The most significant factor leading to this conclusion is that the Ordinance is not directed towards landfills that accept refuse originating outside of the Town or the State. Rather, it is a non-discriminatory, across-the-board limitation on the construction or expansion of all landfills within the Town. Compare Dutchess Sanitation, Inc. v. Plattekill, 51 N.Y.2d 670, 417 N.E.2d 74, 435 N.Y.S.2d 962 (1980) (Ordinance prohibiting the dumping of waste originating outside of the Town held violative of the Commerce Clause). Had a local business which accepted only in-state refuse sought to construct a new fifty-acre sanitary landfill, it, too, would have been prohibited from doing so under the terms of the Ordinance. The Town here seeks to slow the flow of all waste, regardless of origin, into its borders.
Additionally, Goshen's interest in limiting the number of acres in the Town which are used for sanitary landfills cannot be characterized as insubstantial. See City of Philadelphia v. New Jersey, supra, 437 U.S. at 630 (Rehnquist, J., dissenting) (landfills present "extremely serious health and safety problems"). Although the Town has not contradicted the evidence offered by Al Turi that the Proposed Sanitary Landfill will be environmentally safe, the DEC decision itself indicates that even a safe landfill is not problem free. Notwithstanding its state-of-the-art design, the Proposed Sanitary Landfill can be expected to produce some amount of leachate, a noxious and highly polluted liquid which frequently pollutes ground and surface waters. Specifically, the DEC decision notes that the Proposed Landfill could have an impact on the groundwater between the boundary of the Landfill and the Wallkill River. (Joint Exh. F).
Further, the Town Board, in enacting the Ordinance, took into consideration the impact which the Proposed Sanitary Landfill would have on the orderly development of the surrounding properties in accordance with their zoning classifications. As stated in the DEC decision, the presence of a landfill and its attendant operations "causes adverse social impacts in the neighborhood, creates noise, odor, litter, dust and heavy truck traffic . . ." (Joint Exh. F). These factors would no doubt have a negative impact on the properties surrounding the site of the Proposed Sanitary Landfill.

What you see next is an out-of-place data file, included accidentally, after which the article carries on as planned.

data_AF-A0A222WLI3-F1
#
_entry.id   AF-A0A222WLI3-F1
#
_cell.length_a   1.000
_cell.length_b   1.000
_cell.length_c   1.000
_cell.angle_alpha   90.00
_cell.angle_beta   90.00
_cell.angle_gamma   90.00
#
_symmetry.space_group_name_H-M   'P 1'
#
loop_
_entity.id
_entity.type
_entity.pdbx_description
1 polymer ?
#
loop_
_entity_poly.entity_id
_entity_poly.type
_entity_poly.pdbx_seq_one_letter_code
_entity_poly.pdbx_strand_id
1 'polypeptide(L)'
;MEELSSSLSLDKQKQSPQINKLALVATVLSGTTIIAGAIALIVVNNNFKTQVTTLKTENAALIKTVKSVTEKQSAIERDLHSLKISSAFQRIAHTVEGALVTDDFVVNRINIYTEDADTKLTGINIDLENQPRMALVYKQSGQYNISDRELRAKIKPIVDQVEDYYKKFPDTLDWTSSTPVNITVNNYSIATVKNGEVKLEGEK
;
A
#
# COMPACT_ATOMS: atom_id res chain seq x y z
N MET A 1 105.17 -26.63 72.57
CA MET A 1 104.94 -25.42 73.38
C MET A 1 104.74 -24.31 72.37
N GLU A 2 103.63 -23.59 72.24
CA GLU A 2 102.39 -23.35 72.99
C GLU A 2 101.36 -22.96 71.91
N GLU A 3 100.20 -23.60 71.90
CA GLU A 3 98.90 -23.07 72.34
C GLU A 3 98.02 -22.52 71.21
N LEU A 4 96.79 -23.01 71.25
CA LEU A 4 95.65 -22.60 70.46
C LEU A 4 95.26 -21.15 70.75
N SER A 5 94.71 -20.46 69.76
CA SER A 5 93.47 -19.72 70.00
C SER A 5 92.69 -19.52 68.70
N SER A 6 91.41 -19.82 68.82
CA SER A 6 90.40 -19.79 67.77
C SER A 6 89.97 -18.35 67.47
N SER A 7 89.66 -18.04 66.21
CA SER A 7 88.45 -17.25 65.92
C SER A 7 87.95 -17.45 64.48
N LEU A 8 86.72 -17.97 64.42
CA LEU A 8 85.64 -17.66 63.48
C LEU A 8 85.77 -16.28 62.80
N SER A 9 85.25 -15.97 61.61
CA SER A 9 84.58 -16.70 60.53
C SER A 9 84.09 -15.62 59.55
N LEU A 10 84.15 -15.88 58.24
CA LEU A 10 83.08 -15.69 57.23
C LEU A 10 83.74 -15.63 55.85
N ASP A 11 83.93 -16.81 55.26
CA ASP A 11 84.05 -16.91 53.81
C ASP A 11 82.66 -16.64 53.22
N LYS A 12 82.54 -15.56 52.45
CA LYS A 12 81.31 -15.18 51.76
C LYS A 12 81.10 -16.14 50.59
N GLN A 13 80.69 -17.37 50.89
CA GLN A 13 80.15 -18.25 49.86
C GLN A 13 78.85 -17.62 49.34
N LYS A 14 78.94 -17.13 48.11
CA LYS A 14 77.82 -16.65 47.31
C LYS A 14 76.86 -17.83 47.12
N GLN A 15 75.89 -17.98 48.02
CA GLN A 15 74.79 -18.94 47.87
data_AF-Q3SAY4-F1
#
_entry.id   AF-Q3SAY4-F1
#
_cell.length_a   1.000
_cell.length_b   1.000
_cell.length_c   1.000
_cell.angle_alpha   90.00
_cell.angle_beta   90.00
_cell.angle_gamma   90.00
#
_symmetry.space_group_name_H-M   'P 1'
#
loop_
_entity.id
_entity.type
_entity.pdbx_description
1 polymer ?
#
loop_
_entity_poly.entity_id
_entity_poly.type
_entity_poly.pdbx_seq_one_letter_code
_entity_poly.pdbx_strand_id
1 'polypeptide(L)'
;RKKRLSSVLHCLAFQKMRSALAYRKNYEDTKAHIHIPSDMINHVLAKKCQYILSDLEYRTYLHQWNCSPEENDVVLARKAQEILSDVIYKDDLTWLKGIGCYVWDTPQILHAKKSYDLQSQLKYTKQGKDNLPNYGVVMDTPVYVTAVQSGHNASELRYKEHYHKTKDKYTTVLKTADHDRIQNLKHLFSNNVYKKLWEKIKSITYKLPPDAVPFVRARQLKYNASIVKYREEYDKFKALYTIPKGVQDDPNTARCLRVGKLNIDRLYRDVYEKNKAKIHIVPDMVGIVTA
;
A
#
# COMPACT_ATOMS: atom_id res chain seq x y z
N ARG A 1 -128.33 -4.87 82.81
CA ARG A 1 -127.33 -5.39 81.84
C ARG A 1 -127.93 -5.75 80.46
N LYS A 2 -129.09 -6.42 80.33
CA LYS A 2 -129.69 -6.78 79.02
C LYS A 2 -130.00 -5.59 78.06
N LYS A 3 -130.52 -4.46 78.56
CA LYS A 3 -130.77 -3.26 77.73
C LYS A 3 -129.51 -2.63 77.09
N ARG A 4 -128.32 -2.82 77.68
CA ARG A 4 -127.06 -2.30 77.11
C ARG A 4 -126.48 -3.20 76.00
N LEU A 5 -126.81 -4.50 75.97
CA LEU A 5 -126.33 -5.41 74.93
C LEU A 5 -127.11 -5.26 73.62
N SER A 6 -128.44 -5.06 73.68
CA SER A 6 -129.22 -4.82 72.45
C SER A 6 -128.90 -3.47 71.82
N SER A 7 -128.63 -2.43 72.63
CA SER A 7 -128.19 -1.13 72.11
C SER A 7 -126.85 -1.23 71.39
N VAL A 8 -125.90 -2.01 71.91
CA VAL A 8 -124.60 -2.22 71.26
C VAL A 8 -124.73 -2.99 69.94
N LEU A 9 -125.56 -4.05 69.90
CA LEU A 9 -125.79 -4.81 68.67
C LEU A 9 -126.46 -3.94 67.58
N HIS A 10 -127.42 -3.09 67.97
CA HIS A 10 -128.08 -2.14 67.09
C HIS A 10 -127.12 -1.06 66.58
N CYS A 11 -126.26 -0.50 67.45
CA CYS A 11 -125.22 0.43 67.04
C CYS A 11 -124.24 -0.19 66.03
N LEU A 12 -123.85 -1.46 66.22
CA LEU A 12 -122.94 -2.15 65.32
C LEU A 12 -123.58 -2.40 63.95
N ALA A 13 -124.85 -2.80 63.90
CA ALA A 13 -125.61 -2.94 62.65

Finally, by limiting the number of acres which could be used for landfills in the Town, the Town Board sought to promote "a clean and attractive environment for its citizens." (Joint Exh. L, p.1). It sought to maintain an aesthetic appearance in the Town which would comport with the "historic community" of Goshen (Tr. 115). This interest, together with those discussed above, is by no means de minimis. Accordingly, because the Ordinance is non-discriminatory and because the Town Board's interest in limiting the number of landfill acres in the Town is substantial, Al Turi's Commerce Clause attack must fail.
Having determined that the Town is entitled to prevent the construction of the Proposed Sanitary Landfill, it is unnecessary to decide the constitutionality of the $ 5,000 fee imposed on new facilities. With respect to the other two fees challenged by Al Turi, as long as the charges are neither discriminatory against interstate commerce nor excessive in relation to the costs incurred by the Town, they will pass constitutional muster. Evansville-Vanderburgh Airport Authority v. Delta Airlines, Inc., 405 U.S. 707, 717, 31 L. Ed. 2d 620, 92 S. Ct. 1349 (1972); Capitol Greyhound Lines v. Brice, 339 U.S. 542, 544, 94 L. Ed. 1053, 70 S. Ct. 806 (1950); Metropolitan D.C. Refuse Haulers Ass'n. v. Washington, 156 U.S. App. D.C. 208, 479 F.2d 1191 (D.C.Cir. 1973) (license fee of $ 5.00 per ton of solid waste disposed in district upheld).
The $ 1,000 operating fee imposed on existing facilities applies to interstate and local businesses alike without discrimination. Further, the Ordinance specifically provides that if the cost of inspection is less than $ 1,000, the Town must refund the difference to the operator of the facility. The fee is thus non-discriminatory and non-excessive in accordance with the mandate of the Commerce Clause.
The $.25 per ton inspection fee, while non-discriminatory, is somewhat more troublesome. The testimony at trial revealed that at Al Turi's present level of operations, the fee would amount to approximately $ 70,000 per annum. Although defendants attempted to justify this amount, this court is not at all convinced that the charge is not excessive in relation to the cost incurred by the Town.